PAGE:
MADISON, Wis. (AP) — Wisconsin is working on a package of incentives to lure Taiwanese iPhone manufacturer Foxconn to the state as part of a deal that two state lawmakers said Thursday they believe could come as soon as the end of the month.
Wisconsin is one of several Midwest states vying for Foxconn as it considers building a $7 billion display panel manufacturing plant that could employ up to 10,000 people. The company was expected to announce its decision by early August. Michigan passed new economic incentives to sweeten its deal for Foxconn last week.
Republican Senate Majority Leader Scott Fitzgerald told The Associated Press on Thursday that "huge, big numbers" are being talked about to help land Foxconn, but he had no direct knowledge of what may be offered.
"I know they're working on a (deal) but we don't have anything yet," he said. Earlier Thursday Fitzgerald told WKOW-TV that Gov. Scott Walker's office and state economic development officials have been "kept very close to the vest until they have something."
Rep. John Nygren and Sen. Luther Olsen both said the state could announce a deal by the end of the month, but neither of them knew what incentives may be offered either
Walker declined to discuss details of the ongoing negotiations.
"We don't have a specific proposal on the table," Walker told reporters. "Anything that's being talked about right now is purely speculative."
Walker and state economic development officials have repeatedly declined to comment about Foxconn, saying they can't discuss ongoing negotiations with potential new businesses.
Nygren, who is co-chairman of the Legislature's budget committee, said incentives for Foxconn would not be included in the two-year budget currently being worked on that's already three weeks past due. But he said money being considered for tax cuts now, like $200 million Walker wanted to use to cut income taxes, may instead be needed for incentives later as part of any deal with Foxconn.
Nygren was optimistic that Wisconsin would win the high-stakes race to land Foxconn, but he stressed that talks were fluid and the company could just as easily choose another state. He and other lawmakers attended a barbecue at the governor's mansion with Walker and Foxconn Chairman Terry Gou last week.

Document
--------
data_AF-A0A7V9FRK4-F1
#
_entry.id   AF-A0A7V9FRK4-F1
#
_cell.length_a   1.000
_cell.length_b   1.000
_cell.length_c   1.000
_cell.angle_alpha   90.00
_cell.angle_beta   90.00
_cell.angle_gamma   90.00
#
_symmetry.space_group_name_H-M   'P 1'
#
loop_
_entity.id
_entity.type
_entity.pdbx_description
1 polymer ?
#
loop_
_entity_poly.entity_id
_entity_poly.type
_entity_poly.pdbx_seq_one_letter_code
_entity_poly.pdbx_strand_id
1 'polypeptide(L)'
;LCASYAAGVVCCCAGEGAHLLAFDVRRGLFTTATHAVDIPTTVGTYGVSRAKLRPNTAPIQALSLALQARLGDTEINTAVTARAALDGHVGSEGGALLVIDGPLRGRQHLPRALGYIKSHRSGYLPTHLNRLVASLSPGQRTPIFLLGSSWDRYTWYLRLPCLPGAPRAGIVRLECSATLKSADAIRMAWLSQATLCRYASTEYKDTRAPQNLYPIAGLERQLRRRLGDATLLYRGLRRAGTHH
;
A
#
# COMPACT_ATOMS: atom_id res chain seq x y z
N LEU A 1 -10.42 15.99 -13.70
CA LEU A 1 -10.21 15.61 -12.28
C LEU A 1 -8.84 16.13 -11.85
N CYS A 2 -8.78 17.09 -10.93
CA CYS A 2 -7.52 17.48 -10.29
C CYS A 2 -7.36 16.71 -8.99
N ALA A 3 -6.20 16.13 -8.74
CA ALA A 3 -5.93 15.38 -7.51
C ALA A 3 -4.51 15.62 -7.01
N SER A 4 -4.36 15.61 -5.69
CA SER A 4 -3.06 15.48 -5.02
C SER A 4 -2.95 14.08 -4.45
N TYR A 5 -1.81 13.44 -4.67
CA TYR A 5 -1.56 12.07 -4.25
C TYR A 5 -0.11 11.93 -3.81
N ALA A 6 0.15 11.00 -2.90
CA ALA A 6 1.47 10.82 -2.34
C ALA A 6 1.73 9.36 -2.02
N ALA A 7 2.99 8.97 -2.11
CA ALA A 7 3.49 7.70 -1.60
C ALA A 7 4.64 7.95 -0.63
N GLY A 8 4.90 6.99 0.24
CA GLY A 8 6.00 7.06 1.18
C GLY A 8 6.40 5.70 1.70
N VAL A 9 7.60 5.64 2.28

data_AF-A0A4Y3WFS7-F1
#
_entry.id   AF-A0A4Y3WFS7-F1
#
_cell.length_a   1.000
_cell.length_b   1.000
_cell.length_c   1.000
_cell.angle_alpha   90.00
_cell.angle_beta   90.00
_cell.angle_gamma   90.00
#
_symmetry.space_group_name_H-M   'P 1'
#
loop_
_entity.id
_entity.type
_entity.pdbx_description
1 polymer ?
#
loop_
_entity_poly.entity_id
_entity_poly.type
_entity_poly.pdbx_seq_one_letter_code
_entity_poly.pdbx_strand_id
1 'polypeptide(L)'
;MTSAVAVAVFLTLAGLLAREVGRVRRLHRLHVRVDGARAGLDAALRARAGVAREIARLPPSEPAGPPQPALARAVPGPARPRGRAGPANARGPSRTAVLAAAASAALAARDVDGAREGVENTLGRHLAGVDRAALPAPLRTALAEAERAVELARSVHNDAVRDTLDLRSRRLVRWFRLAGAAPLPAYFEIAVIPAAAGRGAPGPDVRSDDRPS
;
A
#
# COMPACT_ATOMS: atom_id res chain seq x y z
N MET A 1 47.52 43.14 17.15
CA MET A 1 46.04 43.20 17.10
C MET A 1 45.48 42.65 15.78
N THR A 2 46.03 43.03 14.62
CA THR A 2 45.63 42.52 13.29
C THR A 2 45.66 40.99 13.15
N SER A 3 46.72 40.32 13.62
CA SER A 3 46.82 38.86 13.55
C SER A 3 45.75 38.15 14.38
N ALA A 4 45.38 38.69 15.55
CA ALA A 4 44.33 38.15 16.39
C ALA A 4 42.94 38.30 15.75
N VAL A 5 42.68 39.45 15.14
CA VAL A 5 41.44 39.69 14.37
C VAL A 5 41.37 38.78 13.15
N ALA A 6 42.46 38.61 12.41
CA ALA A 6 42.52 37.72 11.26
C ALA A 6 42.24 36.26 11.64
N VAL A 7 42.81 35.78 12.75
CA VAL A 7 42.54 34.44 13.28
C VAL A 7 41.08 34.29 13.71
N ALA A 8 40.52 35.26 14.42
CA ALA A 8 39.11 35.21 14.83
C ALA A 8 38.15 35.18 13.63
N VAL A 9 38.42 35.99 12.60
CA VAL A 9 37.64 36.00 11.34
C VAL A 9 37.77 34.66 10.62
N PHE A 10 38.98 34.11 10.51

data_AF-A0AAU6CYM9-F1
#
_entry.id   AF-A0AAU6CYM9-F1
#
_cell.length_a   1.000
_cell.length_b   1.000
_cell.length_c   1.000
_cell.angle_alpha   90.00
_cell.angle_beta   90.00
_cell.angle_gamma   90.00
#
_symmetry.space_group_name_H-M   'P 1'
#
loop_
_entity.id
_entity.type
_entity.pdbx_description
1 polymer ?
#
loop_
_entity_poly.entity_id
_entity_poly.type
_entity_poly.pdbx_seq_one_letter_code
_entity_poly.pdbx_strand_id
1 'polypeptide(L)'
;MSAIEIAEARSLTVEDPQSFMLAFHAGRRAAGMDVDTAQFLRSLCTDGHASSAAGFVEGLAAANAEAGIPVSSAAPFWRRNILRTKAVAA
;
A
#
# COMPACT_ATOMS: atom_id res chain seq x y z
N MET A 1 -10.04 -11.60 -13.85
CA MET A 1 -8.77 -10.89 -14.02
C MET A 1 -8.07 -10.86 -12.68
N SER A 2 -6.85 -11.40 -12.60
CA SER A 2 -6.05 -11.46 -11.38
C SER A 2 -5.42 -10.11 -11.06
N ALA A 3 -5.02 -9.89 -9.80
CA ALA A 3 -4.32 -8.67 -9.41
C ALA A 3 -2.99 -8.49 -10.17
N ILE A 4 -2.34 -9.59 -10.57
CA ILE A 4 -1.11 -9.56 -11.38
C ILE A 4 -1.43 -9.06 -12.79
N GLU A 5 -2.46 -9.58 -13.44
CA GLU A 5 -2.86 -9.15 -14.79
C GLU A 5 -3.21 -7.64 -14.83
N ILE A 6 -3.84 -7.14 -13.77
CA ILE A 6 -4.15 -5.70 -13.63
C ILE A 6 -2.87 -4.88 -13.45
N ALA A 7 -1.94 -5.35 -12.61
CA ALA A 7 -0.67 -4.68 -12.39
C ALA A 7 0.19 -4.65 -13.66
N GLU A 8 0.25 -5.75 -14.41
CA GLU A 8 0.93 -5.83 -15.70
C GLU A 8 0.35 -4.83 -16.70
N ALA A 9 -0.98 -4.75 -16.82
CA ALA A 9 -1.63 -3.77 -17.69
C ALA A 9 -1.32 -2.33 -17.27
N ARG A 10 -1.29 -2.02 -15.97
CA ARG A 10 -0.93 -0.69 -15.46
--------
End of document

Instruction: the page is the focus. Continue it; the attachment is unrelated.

"It was very clear a deal could come as quickly as the end of the month," Nygren said.
Olsen, who agreed with that timeline, said he wanted to hold off on passing Wisconsin's overdue state budget "until we know what's going on with this."
Adding in Foxconn incentives is a new twist.
"This is something we have to take seriously if they decide to come to Wisconsin," Olsen said of incentives for Foxconn. "We have to make sure we're in fiscal shape to fulfill the obligations that are being presented to Foxconn to come to Wisconsin."
House Speaker Paul Ryan said earlier this month that he had met with Foxconn officials at the request of Walker and he hoped they would locate a plant in his southeast Wisconsin congressional district near the border with Illinois. And President Donald Trump said in June that his administration was negotiating a U.S. expansion with "a major, major, incredible manufacturer of phones and computers and televisions" and that Walker could be getting a "very happy surprise very soon."
Foxconn assembles smartphones and other devices for Apple, Sony, Blackberry and other brands. Most of its operations are based in China, where its plants employ about 1 million people.
For the company's U.S. plant, Gou has said it is considering Wisconsin, Michigan, Ohio, Pennsylvania, Illinois, Indiana and Texas as manufacturing states with which the company hopes to work. Michigan passed a series of incentives to lure Foxconn last week, a move that Walker said Thursday was "irrelevant to what we're doing."
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